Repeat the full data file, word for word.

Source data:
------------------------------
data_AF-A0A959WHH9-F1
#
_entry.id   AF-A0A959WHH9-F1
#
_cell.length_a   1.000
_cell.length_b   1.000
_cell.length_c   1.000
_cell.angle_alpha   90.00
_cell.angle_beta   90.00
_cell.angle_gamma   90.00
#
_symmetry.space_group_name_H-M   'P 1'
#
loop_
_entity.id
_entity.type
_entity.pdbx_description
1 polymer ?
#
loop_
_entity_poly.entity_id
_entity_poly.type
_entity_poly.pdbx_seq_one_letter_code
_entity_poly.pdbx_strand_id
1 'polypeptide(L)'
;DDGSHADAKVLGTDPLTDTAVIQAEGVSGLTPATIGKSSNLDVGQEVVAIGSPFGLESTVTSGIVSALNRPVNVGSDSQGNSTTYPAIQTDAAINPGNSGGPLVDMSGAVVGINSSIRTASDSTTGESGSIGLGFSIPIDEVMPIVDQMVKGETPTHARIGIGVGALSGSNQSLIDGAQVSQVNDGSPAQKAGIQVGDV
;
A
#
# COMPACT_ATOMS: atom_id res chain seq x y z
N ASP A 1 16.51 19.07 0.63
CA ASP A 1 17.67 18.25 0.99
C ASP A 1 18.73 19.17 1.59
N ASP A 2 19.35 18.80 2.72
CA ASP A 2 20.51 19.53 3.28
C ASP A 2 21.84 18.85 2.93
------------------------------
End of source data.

data_AF-A0A959WHH9-F1
#
_entry.id   AF-A0A959WHH9-F1
#
_cell.length_a   1.000
_cell.length_b   1.000
_cell.length_c   1.000
_cell.angle_alpha   90.00
_cell.angle_beta   90.00
_cell.angle_gamma   90.00
#
_symmetry.space_group_name_H-M   'P 1'
#
loop_
_entity.id
_entity.type
_entity.pdbx_description
1 polymer ?
#
loop_
_entity_poly.entity_id
_entity_poly.type
_entity_poly.pdbx_seq_one_letter_code
_entity_poly.pdbx_strand_id
1 'polypeptide(L)'
;DDGSHADAKVLGTDPLTDTAVIQAEGVSGLTPATIGKSSNLDVGQEVVAIGSPFGLESTVTSGIVSALNRPVNVGSDSQGNSTTYPAIQTDAAINPGNSGGPLVDMSGAVVGINSSIRTASDSTTGESGSIGLGFSIPIDEVMPIVDQMVKGETPTHARIGIGVGALSGSNQSLIDGAQVSQVNDGSPAQKAGIQVGDV
;
A
#
# COMPACT_ATOMS: atom_id res chain seq x y z
N ASP A 1 16.51 19.07 0.63
CA ASP A 1 17.67 18.25 0.99
C ASP A 1 18.73 19.17 1.59
N ASP A 2 19.35 18.80 2.72
CA ASP A 2 20.51 19.53 3.28
C ASP A 2 21.84 18.85 2.93